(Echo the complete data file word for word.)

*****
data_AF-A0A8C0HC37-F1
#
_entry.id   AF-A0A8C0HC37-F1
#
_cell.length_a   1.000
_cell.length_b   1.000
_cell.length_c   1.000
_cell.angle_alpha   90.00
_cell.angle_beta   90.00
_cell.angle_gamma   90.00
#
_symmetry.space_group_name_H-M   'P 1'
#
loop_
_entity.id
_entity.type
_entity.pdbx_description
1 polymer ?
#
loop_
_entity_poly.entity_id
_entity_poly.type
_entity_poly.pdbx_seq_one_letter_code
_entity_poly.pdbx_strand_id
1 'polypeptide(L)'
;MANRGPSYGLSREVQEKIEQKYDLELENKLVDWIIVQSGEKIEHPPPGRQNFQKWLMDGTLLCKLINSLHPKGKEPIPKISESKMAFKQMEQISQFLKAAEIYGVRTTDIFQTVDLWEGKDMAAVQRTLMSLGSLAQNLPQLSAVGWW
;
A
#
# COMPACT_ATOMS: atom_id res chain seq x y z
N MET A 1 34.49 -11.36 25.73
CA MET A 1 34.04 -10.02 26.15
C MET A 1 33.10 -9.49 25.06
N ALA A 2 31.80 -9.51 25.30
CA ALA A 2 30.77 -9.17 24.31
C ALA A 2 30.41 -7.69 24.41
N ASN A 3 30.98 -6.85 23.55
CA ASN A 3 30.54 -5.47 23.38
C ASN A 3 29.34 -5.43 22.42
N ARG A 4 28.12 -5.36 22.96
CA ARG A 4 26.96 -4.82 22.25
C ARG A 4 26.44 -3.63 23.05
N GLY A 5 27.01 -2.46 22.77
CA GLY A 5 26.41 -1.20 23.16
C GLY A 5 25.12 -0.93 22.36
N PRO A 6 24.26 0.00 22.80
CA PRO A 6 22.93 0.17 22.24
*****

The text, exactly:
data_AF-A0A8C0HC37-F1
#
_entry.id   AF-A0A8C0HC37-F1
#
_cell.length_a   1.000
_cell.length_b   1.000
_cell.length_c   1.000
_cell.angle_alpha   90.00
_cell.angle_beta   90.00
_cell.angle_gamma   90.00
#
_symmetry.space_group_name_H-M   'P 1'
#
loop_
_entity.id
_entity.type
_entity.pdbx_description
1 polymer ?
#
loop_
_entity_poly.entity_id
_entity_poly.type
_entity_poly.pdbx_seq_one_letter_code
_entity_poly.pdbx_strand_id
1 'polypeptide(L)'
;MANRGPSYGLSREVQEKIEQKYDLELENKLVDWIIVQSGEKIEHPPPGRQNFQKWLMDGTLLCKLINSLHPKGKEPIPKISESKMAFKQMEQISQFLKAAEIYGVRTTDIFQTVDLWEGKDMAAVQRTLMSLGSLAQNLPQLSAVGWW
;
A
#
# COMPACT_ATOMS: atom_id res chain seq x y z
N MET A 1 34.49 -11.36 25.73
CA MET A 1 34.04 -10.02 26.15
C MET A 1 33.10 -9.49 25.06
N ALA A 2 31.80 -9.51 25.30
CA ALA A 2 30.77 -9.17 24.31
C ALA A 2 30.41 -7.69 24.41
N ASN A 3 30.98 -6.85 23.55
CA ASN A 3 30.54 -5.47 23.38
C ASN A 3 29.34 -5.43 22.42
N ARG A 4 28.12 -5.36 22.96
CA ARG A 4 26.96 -4.82 22.25
C ARG A 4 26.44 -3.63 23.05
N GLY A 5 27.01 -2.46 22.77
CA GLY A 5 26.41 -1.20 23.16
C GLY A 5 25.12 -0.93 22.36
N PRO A 6 24.26 0.00 22.80
CA PRO A 6 22.93 0.17 22.24